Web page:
Seven medallists of the London 2012 Olympics have been disqualified by the International Olympic Committee (IOC) after they tested positive in new doping tests.
The IOC has retroactively annulled the results of 12 athletes, including seven medallists who have been stripped of their medals.
The tests were performed on stored samples that were re-analysed as part of the IOC's efforts to protect clean athletes in its fight against doping outlined in the Olympic Agenda 2020 roadmap, reports Efe.
One of the high-profile athletes who were stripped of a gold medal was Russian runner Yulia Zaripova, who won the women's 3,000-metre steeplechase.
She tested positive for the steroid turinabol on a urine sample she provided after winning the steeplechase final on Aug. 6, 2012, the IOC said.
Zaripova was already expected to lose the gold medal over a separate doping violation prosecuted by the IAAF. She had previously served a 2½-year ban for irregularities in her biological passport. As a result of that violation, the Court of Arbitration for Sport had disqualified all of her results from July 2011 to July 2013, including the London Olympics.
Of the 12 athletes disqualified from London 2012, four were from Russia, two were from Ukraine and two were from Moldova.
The remaining four represented Belarus, Armenia, Georgia and Kazakhstan.
Three of the 12 positives affected competitors in the athletics category, while the other nine were taken from weightlifters.
Other athletes stripped of London medals on Monday were: Alexander Ivanov, Russia, silver, men's 94-kilogram weightlifting division; Natliya Zabolotnaya, Russia, silver, women's 75kg weightlifting; Cristina Iovu, Moldova, bronze, women's 53kg weightlifting; Hripsime Khurshudyan, Armenia, bronze, women's 75kg weightlifting; Irina Kulesha, Belarus, bronze, women's 75kg weightlifting; and Anatoli Ciricu, Moldova, bronze, men's 94kg weightlifting.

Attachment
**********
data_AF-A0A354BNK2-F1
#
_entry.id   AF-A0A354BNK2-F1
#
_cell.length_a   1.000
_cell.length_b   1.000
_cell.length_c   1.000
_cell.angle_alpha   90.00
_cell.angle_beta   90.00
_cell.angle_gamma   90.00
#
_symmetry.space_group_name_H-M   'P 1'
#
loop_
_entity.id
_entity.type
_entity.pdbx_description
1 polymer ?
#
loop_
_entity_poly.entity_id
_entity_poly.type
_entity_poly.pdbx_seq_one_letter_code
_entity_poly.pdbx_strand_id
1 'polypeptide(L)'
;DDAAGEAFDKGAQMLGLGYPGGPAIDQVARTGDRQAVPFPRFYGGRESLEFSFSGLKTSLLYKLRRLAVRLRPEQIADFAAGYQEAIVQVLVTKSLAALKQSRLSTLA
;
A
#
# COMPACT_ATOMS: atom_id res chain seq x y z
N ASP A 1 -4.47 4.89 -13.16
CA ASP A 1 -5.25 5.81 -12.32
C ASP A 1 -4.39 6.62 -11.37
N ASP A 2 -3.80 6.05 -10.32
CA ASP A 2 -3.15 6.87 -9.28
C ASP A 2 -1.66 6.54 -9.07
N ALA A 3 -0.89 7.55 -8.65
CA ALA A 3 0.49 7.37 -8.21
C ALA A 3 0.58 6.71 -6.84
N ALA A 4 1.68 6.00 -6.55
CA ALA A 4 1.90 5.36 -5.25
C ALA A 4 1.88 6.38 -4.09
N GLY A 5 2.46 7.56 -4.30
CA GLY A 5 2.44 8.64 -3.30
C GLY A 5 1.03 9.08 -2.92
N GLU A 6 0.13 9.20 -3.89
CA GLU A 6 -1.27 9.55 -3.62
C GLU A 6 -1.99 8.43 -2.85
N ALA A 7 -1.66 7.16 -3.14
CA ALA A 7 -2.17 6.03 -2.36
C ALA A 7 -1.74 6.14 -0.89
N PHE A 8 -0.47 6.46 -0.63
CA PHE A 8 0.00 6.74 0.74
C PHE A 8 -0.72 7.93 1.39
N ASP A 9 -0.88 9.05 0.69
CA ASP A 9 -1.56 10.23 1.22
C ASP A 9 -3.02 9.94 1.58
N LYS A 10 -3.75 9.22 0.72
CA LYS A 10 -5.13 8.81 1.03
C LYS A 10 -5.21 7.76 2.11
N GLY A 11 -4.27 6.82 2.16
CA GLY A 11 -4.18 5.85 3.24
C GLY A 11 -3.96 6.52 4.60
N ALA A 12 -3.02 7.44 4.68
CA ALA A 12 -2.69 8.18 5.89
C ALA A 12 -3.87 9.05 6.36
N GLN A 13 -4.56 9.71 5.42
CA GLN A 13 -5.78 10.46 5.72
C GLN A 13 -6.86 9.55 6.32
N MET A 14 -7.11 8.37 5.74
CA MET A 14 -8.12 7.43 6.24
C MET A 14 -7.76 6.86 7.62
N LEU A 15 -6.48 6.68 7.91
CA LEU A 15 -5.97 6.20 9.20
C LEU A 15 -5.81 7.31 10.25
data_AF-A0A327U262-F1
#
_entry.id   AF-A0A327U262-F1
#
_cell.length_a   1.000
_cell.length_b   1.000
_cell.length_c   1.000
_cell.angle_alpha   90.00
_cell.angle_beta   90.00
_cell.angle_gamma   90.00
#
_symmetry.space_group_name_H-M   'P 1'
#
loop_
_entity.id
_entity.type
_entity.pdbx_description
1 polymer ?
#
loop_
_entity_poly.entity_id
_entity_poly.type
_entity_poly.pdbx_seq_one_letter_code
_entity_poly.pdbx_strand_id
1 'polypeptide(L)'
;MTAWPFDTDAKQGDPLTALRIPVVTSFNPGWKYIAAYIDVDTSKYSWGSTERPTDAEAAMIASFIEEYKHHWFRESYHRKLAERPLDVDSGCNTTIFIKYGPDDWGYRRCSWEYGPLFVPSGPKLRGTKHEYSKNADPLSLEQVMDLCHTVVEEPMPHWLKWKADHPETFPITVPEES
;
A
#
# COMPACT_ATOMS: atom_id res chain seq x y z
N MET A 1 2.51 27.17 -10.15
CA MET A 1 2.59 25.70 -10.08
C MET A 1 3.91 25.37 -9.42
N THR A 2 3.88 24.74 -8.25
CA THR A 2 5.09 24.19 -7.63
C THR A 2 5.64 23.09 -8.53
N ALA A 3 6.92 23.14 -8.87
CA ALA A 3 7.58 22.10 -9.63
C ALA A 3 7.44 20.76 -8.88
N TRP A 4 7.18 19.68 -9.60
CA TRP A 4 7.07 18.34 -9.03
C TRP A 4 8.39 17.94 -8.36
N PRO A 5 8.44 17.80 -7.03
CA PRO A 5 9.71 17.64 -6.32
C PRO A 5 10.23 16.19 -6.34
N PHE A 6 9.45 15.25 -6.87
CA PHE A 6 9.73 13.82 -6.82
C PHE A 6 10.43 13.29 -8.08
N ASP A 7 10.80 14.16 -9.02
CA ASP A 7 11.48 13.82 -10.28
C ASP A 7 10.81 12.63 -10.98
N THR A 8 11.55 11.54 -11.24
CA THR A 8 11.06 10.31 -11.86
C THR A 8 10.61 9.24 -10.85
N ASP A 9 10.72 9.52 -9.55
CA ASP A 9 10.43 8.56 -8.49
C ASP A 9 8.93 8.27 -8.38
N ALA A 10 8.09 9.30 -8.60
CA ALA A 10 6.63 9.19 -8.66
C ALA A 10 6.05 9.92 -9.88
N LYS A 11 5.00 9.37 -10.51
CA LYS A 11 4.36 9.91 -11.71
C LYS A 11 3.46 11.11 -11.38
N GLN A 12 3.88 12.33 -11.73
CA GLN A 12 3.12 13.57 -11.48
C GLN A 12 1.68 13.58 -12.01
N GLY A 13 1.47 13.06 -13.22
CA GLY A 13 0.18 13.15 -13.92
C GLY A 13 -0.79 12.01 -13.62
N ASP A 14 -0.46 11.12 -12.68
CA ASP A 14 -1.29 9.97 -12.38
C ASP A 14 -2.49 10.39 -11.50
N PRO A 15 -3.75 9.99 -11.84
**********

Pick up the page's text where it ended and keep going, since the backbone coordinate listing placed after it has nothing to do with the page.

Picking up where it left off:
The non-medalists were Andrei Demanov, Russia, fourth place, men's 94kg weightlifting; Oleksandr Dryhol, Ukraine, 34th place, men's hammer throw; Rauli Tsirekidze, Georgia, ninth place, 85kg weightlifting; Margaryta Tverdokhlib, Ukraine, 26th place, women's long jump; and Almas Uteshov, Kazakhstan, seventh place, men's 94kg weightlifting.
Ukrainian hammer thrower Oleksander Drygol, who ranked 34th, and his compatriot Margaryta Tverdokhlib, who came in 26th place in long jump, were both disqualified for testing positive for dehydrochlormethyltestosterone (turinabol).
The IOC reanalyzed more than 1,000 stored samples from the London Games and 2008 Beijing Games in order to catch cheats who escaped detection at the time. The new tests can detect the use of steroids going back weeks and months, rather than days.
The IOC recorded at least 98 positive tests from the London and Beijing retesting program, with more expected in the pipeline. The IOC also plans to retest samples from the 2014 Sochi Winter Games after the former Russian lab director said samples were manipulated to cover up doping by Russian athletes.